ofmyelin, like an insulated electrical wire. Myelin is made of fat, and it helps to
speed transmission of a nerve impulse down a long axon. Myelinated neurons are
typically found in the peripheral nerves (sensory and motor neurons), while non-
myelinated neurons are found in the brain and spinal cord.
• Dendrites or nerve endings - These small, branch-like projections of the cell make
connections to other cells and allow the neuron to talk with other cells or perceive the
environment. Dendrites can be located on one or both ends of the cell.

Basic Neuron Types


Neurons come in many sizes. For example, a single sensory neuron from your fingertip has an axon that
extends the length of your arm, while neurons within the brain may extend only a few millimeters.
Neurons have different shapes depending on what they do. Motor neurons that
control muscle contractions have acell body on one end, a long axon in the middle and dendrites on the
other end; sensory neurons have dendrites on both ends, connected by a long axon with a cell body in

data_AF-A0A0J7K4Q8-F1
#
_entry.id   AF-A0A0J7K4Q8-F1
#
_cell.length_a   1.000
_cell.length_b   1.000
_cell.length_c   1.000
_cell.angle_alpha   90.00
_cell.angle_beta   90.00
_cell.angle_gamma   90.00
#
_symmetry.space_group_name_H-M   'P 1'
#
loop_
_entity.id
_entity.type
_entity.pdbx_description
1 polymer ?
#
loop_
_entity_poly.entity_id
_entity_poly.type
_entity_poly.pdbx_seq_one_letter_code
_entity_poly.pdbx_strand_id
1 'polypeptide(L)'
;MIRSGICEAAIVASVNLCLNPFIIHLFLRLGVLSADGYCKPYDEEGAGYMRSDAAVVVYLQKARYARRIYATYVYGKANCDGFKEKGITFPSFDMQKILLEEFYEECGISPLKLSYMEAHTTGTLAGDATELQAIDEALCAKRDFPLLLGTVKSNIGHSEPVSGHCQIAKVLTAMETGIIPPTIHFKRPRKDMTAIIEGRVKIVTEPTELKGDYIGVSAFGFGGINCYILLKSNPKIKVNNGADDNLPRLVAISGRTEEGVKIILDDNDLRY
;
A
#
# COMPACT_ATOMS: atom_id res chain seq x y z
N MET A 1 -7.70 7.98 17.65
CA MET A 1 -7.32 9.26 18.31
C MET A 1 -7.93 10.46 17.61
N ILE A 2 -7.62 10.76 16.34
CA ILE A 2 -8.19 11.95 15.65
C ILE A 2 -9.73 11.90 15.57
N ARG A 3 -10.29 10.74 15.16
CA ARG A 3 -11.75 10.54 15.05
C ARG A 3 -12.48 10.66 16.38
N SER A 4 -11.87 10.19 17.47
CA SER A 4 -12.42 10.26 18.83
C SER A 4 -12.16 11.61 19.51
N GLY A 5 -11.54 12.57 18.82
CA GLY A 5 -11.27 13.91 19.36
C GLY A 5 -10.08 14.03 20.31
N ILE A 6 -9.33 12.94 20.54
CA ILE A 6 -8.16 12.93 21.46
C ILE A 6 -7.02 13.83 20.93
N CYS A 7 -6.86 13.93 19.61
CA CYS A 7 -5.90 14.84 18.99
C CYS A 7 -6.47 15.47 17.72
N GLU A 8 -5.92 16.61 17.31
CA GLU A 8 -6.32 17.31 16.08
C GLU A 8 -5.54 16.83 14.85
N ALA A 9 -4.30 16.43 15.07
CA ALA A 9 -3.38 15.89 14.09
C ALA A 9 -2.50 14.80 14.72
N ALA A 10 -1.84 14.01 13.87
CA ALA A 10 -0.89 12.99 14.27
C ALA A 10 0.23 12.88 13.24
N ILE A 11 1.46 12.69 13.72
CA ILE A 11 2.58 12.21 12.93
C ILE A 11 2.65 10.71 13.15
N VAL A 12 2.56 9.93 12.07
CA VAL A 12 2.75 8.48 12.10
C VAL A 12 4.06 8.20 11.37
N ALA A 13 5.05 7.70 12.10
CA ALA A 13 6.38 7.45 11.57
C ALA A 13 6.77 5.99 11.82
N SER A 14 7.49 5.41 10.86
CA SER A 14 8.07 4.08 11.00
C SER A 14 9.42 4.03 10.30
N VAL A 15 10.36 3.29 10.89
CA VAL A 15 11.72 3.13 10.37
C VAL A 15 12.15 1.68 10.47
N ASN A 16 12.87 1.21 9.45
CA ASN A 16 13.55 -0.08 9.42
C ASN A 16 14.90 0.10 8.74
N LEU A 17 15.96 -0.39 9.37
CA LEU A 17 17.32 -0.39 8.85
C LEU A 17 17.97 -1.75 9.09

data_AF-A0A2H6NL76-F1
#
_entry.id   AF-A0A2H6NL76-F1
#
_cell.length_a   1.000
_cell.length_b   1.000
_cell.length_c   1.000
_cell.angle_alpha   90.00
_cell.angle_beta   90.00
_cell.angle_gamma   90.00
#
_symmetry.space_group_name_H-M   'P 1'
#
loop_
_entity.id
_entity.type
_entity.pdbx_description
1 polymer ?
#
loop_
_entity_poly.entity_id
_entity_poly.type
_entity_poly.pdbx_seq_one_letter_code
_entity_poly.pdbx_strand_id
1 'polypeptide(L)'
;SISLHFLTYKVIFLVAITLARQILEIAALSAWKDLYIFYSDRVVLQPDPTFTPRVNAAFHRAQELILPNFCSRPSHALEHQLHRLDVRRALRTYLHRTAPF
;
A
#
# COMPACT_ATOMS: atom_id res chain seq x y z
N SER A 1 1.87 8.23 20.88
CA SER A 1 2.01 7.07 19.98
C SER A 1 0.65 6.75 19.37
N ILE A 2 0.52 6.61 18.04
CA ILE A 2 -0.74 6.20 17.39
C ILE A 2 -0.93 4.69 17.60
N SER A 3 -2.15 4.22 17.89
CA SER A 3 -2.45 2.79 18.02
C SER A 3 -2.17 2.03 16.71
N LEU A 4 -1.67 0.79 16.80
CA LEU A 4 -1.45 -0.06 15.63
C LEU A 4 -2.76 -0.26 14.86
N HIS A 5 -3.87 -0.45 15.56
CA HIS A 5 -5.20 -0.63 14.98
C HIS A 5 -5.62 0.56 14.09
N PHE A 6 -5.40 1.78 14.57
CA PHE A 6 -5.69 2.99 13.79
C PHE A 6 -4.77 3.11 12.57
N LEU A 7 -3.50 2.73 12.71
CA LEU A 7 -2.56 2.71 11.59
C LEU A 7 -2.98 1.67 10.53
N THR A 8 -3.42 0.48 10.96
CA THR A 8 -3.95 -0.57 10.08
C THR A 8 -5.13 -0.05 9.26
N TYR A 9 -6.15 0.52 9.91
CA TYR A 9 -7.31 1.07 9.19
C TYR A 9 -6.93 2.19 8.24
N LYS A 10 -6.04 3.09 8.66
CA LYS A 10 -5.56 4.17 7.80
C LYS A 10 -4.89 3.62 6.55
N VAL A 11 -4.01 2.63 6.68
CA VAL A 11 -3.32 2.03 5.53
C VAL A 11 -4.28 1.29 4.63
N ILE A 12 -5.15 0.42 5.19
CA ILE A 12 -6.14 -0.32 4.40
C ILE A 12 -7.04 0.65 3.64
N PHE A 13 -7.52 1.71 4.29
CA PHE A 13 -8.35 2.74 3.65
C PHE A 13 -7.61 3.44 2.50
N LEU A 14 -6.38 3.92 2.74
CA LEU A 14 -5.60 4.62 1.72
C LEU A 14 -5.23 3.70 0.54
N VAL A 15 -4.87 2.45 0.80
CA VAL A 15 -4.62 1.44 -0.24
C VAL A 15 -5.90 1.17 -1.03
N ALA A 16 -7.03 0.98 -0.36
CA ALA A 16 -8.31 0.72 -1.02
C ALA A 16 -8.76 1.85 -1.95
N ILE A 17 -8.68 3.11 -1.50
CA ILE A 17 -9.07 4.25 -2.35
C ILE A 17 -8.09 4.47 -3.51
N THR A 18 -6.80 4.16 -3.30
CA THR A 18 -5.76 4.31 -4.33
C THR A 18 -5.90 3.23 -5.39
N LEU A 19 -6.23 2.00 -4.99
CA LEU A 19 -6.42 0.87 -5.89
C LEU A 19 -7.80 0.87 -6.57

the middle.
Some types of neurons: motoneuron (a), sensory neuron (b),
cortical pyramidal cell (c)
Neurons also vary with respect to their functions:

• Sensory neurons carry signals from the outer parts of your body (periphery) into the central
nervous system.
• Motor neurons (motoneurons) carry signals from the central nervous system to the outer
parts (muscles, skin, glands) of your body.
• Receptors sense the environment (chemicals, light, sound, touch) and encode this information
into electrochemical messages that are transmitted by sensory neurons.
• Interneurons connect various neurons within the brain and spinal cord.
The simplest type of neural pathway is a monosynaptic (single connection) reflex pathway, like the
knee-jerk reflex. When the doctor taps the right spot on your knee with a rubber hammer, receptors send
a signal into the spinal cord through a sensory neuron. The sensory neuron passes the message to a
motor neuron that controls your leg muscles. Nerve impulses travel down the motor neuron and stimulate
the appropriate leg muscle to contract. The response is a muscular jerk that happens quickly and does
not involve your brain. Humans have lots of hard-wired reflexes like this, but as tasks become more
complex, the pathway "circuitry" gets more complicated and the brain gets involved.

Brain Parts
The simplest possible creatures have incredibly simple nervous systems made up of nothing but reflex